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Along with the deadlift, the squat is one of the best compound exercises available to build strength and mass in an athlete. Unfortunately, just like the deadlift, it is an exercise performed incorrectly by so many gym goers.
I have seen personal trainers and fitness instructors not only perform the squat incorrectly, but also teach incorrect form to clients and gym members. This is both frustrating and dangerous.
The squat engages the core in much the same way as the deadlift does. The biomechanics of the body make the squat a very natural movement to perform. In fact many of us have the perfect form from a very, very young age.
The perfect squat balances the forces around the knee and hips. When you ask someone what muscles they are working, almost everyone will focus on the obvious leg muscles, particularly the quadriceps.
Of course the quads are stimulated during the squat, however on top of that the muscles of the lower back, the abdominals, the ribcage muscles (costals), upper back muscles such as the traps and rhomboids, glutes, hamstrings and even the shoulders and arms all take on some of the load when performing the squat.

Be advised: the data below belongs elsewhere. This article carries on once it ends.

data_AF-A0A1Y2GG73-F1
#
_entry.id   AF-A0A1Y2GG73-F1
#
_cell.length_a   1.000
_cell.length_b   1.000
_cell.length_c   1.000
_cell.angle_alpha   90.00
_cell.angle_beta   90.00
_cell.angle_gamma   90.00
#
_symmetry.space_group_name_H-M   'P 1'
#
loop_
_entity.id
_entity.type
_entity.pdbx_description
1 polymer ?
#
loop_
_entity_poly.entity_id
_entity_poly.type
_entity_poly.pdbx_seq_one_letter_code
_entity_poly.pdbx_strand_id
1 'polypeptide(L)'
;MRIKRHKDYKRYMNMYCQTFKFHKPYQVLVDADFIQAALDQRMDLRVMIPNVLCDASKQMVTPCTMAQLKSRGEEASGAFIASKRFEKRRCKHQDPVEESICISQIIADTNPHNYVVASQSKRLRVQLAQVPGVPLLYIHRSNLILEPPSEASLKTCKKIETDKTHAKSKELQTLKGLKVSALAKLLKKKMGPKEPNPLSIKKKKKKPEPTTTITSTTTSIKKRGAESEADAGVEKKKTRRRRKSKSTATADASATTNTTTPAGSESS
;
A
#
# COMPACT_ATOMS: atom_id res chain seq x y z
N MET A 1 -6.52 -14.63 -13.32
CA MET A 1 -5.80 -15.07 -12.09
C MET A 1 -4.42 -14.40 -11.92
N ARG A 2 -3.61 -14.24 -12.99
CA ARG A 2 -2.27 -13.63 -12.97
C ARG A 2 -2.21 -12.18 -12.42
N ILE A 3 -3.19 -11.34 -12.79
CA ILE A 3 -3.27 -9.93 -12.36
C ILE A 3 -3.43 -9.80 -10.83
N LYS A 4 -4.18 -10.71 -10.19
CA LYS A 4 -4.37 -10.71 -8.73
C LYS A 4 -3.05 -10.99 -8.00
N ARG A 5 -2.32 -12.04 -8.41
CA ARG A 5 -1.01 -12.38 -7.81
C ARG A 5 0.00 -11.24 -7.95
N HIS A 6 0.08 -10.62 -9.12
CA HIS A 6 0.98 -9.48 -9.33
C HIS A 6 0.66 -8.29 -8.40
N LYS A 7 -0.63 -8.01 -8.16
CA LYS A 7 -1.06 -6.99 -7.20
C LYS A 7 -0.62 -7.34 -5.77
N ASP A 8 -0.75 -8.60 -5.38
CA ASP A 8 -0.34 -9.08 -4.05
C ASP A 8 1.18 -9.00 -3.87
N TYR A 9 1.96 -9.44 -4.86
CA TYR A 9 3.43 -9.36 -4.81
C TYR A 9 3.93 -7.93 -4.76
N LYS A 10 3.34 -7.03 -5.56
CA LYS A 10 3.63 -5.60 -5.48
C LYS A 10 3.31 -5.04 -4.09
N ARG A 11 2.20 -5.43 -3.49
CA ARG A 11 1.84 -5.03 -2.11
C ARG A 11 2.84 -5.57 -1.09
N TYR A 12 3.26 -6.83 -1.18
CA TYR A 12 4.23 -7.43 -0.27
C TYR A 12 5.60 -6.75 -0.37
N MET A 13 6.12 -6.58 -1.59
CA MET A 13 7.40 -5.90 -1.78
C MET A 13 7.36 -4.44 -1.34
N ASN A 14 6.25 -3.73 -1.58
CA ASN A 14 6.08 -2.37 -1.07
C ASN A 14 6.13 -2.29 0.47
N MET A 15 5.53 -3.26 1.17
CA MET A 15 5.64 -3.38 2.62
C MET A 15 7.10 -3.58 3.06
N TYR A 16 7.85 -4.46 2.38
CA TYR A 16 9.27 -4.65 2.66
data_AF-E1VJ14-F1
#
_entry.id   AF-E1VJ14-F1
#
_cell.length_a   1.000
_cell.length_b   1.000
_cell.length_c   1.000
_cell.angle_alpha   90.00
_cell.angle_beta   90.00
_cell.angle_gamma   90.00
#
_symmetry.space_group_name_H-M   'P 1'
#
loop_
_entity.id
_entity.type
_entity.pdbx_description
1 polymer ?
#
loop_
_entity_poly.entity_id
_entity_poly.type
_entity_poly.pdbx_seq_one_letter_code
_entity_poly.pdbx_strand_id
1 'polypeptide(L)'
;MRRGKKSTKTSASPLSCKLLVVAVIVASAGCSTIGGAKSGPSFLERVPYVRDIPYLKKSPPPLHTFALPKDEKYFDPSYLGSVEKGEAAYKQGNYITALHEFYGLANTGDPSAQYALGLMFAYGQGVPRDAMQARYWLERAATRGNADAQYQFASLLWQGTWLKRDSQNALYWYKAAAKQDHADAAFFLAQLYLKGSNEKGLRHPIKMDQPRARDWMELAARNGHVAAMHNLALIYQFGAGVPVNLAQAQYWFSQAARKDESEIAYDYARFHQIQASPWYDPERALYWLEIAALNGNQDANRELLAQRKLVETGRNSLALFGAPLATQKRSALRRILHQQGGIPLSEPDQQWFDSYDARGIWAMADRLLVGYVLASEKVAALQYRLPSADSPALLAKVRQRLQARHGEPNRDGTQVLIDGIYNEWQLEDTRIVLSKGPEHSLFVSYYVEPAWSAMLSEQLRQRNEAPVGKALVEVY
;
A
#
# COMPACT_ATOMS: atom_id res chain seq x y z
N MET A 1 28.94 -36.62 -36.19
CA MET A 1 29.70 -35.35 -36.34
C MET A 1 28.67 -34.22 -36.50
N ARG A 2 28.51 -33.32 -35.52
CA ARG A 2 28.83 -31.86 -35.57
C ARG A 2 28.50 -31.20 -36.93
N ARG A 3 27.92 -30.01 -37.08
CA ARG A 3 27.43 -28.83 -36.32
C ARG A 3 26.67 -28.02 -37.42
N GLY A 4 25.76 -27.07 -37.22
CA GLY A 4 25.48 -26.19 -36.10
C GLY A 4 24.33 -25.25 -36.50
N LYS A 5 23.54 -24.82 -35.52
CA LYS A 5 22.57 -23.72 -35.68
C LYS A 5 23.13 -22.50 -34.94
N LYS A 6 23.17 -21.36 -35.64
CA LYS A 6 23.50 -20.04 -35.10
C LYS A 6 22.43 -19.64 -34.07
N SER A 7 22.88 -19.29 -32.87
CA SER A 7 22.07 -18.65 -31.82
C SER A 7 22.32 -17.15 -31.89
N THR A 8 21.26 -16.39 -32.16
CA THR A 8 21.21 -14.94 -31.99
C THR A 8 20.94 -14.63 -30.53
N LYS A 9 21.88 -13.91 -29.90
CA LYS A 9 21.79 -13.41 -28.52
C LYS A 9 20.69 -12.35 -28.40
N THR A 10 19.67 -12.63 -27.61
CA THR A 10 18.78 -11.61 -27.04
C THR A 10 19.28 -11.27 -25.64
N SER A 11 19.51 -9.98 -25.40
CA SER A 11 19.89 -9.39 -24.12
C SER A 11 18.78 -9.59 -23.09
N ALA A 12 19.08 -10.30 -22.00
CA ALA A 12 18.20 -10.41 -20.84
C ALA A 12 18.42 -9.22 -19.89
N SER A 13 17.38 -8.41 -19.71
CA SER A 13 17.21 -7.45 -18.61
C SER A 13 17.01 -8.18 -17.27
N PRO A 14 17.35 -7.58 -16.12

The squat really is the only exercise available that allows direct training and progressive improvement of ‘hip-drive’. Hip-Drive is a complex movement that strengthens the muscles that make up the ‘Posterior Chain’, which include the muscles we mentioned above.
To perfect the correct technique of the squat, the movement should be introduced ‘without’ the bar. Problems that develop with technique tend to become exagerrated once the bar is introduced. For example, drop down into the squat position and with hands pressed together in a clap, elbows pushed into the inside the knees, push the knees out over the feet. This should form ther basis of your body position during the squat.
Below are 10 Steps to a Heavenly Squat!
THE SQUAT SET UP
1. Chest Up – Pushing the chest out & pulling the shoulders back will automatically create the platform for the bar. You can also tighten your upper-back better as a result.
2. Focal Point – By focusing upwards too much, the neck can become hyperextended, taking the spine out of neutral alignment. Looking upwards also inhibits the hips when driving from the bottom of the squat, leaving you weaker at the position where you need to be at your strongest. Focus on a point roughly 8-10 feet in front of you on the ground, not at the feet.
3. Bar Position – This is very much down to the individual & practice. Ideally, the bar needs to be low, below the bone at the top of your shoulder-blades and at the base of your traps – NOT ON YOUR SPINE! If the bar is too high, the back angle is increased vertically to allow the correct hip involvement.
4. Grip Width – A narrow grip makes it easier to tighten your upper-back, however this also comes down to shoulder flexibility too. I’ve trained plenty of people that just haven’t had the flexibility in the shoulder joint to go narrow. As long as long as the other areas are locked in, a wide grip is fine.